Crucially, the financial mathematics don’t work while electricity remains far more expensive than gas. Like others who contacted us with expert knowledge about how heat pumps work (or don’t work), Bill says there is a danger that they are being missold to many homeowners.

We got £5,000 off to go all-electric 

It has taken a while, but Jools Cardozo and partner Steve Fletcher are close to moving into their new dream self-build home in Long Lawford, Warwickshire.

It has been a labour of love, with Steve camping out while completing the project, which will have its own gym and cinema room.

The home is also green-friendly, with solar panels on the roof and a large heat pump situated outside in a narrow walkway.

Green dream: Jools Cardozo and Steve Fletcher's new self-build home has solar panels on the roof and a large heat pump situated outside in a narrow walkway

Green dream: Jools Cardozo and Steve Fletcher’s new self-build home has solar panels on the roof and a large heat pump situated outside in a narrow walkway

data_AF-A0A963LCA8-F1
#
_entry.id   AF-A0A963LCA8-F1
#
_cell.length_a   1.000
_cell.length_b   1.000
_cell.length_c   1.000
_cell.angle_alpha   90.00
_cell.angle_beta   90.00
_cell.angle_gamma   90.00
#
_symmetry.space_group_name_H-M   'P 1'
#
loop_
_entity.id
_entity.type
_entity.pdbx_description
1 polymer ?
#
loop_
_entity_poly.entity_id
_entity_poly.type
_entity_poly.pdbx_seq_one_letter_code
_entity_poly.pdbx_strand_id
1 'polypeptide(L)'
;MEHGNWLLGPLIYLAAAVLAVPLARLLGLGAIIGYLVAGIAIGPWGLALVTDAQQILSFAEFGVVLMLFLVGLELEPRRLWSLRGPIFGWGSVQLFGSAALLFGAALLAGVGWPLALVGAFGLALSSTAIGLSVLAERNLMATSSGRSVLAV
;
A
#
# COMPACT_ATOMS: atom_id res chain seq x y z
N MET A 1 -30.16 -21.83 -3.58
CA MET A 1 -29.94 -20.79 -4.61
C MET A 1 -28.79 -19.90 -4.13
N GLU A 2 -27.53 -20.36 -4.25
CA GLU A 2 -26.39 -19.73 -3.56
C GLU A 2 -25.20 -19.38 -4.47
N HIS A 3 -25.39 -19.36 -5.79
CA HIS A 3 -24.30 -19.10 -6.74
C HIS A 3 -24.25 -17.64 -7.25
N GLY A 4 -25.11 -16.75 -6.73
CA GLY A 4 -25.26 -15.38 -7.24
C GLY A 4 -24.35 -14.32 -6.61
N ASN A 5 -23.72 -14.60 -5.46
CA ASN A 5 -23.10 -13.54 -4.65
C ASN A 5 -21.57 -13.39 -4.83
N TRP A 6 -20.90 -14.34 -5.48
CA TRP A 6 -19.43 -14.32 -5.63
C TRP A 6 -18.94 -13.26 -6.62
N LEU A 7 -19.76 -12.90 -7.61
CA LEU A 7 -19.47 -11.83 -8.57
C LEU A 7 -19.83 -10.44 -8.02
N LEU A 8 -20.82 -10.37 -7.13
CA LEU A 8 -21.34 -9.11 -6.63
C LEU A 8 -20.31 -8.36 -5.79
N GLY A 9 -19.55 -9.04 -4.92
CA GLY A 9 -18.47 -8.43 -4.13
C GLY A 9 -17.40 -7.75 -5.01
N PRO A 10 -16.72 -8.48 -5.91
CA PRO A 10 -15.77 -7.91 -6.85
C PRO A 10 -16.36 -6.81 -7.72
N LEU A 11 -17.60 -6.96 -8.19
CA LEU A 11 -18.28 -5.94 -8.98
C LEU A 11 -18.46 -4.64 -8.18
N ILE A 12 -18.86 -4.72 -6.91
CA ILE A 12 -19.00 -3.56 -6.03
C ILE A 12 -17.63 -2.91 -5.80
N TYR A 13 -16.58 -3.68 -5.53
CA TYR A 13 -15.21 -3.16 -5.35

The heat pump cost £13,000, although via the Boiler Upgrade Scheme they received a £5,000 grant to mitigate the cost.

‘For me, a heat pump was a no-brainer,’ says Jools, who like Steve is in her 50s. ‘We wanted to make the house all-electric and environmentally friendly.

‘But it’s an expensive bit of kit which I am sure many people would baulk at on cost grounds.’

To ensure the pump heats the house adequately, they have installed large radiators — two in some rooms. They have also insulated the house thoroughly and put in underfloor heating.

‘Time will tell whether we’ve made the right decision,’ says Jools. ‘But we’ve done everything by the book.’